At A Grade Ahead, we are gearing up for summer and summer camps. You might be doing the same, or wondering whether an enrichment camp might be great for your child. But are you prepared to beat the summer heat? One way you can do this is to make sure you are getting plenty of electrolytes!
Imagine this: You just finished a two-mile run. You are sweaty, tired, and extremely thirsty. Luckily, you open the refrigerator, and there is a cold Propel water sitting like a gift directly in front of you. You open the bottle, take a drink, and immediately feel relief. Could a cup of water from your sink satisfy your thirst? Probably, but let’s dig in and see why that bottle of Propel might be doing more to help your body recover.
Upon further examination, it’s determined that there are vitamins and minerals included in Propel and other beverages like it. Some of those minerals have a special name: “electrolytes.”
Electrolytes in the Human Body
The body already contains electrolytes in such fluids as blood and sweat, among others. According to Healthline, to be considered an electrolyte, minerals need to create ions when they dissolve in water. Ions are particles with electrical charges. As seen in The National Library of Medicine, these minerals include the following:
Electrolytes and The Nervous System
The nervous system is the network that allows all parts of the body to communicate with one another. It begins in the brain where messages are sent out, telling your body what to do and when to do it. Waving a hand, clapping, and even walking are all functions that originate in your brain, but that’s not all. The heartbeat, senses, and digestion are all controlled by the nervous system, too. Week& explains that in order for your brain to talk to the rest of your body, the messages must have messengers, and that’s were electrolytes come into play. The electrolyte sodium, also known as salt, gives nerve cells electrical charges. Without charges, the nerve cells cannot work, and the brain can’t send out its messages. Similar to a television without power, the brain cannot function without electrical charges.
Electrolytes and the Muscular System
The muscles in our bodies have certain needs in order to work correctly, and electrolytes are one of them. They help regulate how our muscles contract and relax. When the electrolytes in our bodies become unbalanced, our muscles start doing strange things. Have you ever heard of a “charley horse” before? Maybe you’ve even experienced one yourself. A charley horse is a very uncomfortable cramp that often develops in your thigh. Something that can cause this painful spasm is – you guessed it – a lack of electrolytes. In this case, the mineral magnesium might play an important role. Healthline explains that scientists are still studying how magnesium affects muscle function, but there are some studies that link cramps to magnesium deficiency.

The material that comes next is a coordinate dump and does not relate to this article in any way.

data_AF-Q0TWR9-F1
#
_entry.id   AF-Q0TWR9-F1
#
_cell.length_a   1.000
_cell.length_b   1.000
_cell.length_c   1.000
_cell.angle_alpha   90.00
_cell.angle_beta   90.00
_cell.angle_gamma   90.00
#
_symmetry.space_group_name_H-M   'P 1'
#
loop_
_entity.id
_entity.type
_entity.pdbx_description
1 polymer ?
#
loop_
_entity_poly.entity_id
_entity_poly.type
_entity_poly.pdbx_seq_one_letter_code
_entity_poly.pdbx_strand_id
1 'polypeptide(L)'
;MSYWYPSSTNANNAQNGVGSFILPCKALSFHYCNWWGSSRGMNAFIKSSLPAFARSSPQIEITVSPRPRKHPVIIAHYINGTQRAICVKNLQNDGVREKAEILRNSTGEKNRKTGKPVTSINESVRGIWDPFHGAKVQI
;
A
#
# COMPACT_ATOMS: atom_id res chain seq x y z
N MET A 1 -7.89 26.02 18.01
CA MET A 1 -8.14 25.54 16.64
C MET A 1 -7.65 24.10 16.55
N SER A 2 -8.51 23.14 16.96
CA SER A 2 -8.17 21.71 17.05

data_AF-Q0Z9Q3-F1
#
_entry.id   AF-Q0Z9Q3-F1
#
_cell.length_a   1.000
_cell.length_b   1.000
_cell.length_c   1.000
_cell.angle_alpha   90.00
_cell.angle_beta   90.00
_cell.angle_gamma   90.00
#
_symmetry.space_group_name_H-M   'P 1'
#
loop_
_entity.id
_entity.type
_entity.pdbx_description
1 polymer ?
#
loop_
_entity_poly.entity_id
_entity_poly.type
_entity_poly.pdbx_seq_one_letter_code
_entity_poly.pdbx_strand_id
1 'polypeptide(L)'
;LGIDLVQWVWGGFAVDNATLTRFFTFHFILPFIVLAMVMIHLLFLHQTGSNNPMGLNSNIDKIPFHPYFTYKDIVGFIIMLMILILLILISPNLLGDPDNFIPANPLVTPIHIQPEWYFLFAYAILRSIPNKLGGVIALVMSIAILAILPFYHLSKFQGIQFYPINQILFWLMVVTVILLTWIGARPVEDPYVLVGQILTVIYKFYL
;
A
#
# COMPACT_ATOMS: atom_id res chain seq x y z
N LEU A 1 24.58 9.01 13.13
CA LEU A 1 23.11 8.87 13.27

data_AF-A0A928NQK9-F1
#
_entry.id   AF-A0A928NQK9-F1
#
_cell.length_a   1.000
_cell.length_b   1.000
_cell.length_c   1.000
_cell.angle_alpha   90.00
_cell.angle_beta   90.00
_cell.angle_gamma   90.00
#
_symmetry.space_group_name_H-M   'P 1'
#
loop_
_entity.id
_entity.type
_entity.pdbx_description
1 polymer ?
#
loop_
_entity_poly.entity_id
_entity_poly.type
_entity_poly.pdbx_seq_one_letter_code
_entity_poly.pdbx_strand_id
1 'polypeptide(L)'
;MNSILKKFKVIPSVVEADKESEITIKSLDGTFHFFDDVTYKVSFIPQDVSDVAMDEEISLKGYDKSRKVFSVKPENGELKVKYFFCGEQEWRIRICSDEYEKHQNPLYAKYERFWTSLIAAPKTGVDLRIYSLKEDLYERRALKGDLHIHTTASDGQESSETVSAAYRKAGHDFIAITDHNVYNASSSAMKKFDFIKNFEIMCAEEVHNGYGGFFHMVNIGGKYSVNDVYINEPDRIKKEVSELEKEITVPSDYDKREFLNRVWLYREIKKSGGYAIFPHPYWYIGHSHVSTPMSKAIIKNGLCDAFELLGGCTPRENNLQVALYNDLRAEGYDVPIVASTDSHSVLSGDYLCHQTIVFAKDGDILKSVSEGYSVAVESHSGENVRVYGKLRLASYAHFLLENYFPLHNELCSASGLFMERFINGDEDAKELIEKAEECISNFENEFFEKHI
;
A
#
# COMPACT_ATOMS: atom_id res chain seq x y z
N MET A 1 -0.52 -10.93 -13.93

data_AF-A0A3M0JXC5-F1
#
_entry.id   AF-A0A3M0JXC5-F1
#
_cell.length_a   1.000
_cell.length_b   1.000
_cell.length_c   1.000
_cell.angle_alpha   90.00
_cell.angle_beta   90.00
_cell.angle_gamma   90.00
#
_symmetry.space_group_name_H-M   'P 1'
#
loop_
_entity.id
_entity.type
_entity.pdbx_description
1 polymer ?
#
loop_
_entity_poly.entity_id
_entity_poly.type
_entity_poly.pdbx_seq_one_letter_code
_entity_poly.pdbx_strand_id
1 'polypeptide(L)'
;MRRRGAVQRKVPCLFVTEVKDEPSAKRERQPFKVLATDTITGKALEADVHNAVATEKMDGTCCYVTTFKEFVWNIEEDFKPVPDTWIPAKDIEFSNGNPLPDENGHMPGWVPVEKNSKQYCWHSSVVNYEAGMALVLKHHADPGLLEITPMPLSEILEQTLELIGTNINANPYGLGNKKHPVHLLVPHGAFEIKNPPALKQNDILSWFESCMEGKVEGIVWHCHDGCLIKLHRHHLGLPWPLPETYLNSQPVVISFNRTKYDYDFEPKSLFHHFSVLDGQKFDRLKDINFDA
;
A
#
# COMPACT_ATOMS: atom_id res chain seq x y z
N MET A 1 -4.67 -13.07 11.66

Electrolytes and Hydration
Keeping the body hydrated is critically important to remain healthy. Drinking water is often enough to stay hydrated, but there are special instances where electrolytes should be included. After a workout, illness, or even an extended day without much to drink, adding electrolytes to your diet can help your body recover much faster. Potassium and sodium work closely together in terms of hydration. Potassium helps to maintain the body’s water balance while sodium reminds you of when you are thirsty and helps potassium do its job. Additionally, the electrolyte chloride prevents dehydration.
Where to Find Electrolytes
As seen in Healthline, electrolytes can be found in almost everything we eat, but there are a few star-players worth mentioning:
- Sports drinks (With caution! Some sports drinks contain excessive amounts of sugar and other additives that are not helpful for hydration)
- Coconut water
Find your favorite source of electrolytes and see if you can fit it into your diet. You will be providing your body with minerals it vitally needs to function at its best! Electrical charges will give your brain and nervous system a boost, your muscles will thank you for protecting them from spasms, and your balanced water levels will keep you hydrated and healthy. Bring a cup to class and share what source your electrolytes are coming from. I will see you there!
What do you think? Do you actively attempt to add electrolytes to your diet? What are your favorite sources of electrolytes? Did this post get you interested in science? Call or visit your nearest A Grade Ahead Academy, and ask about our science program!
Author: Kyrsten O’Donnell, teacher at A Grade Ahead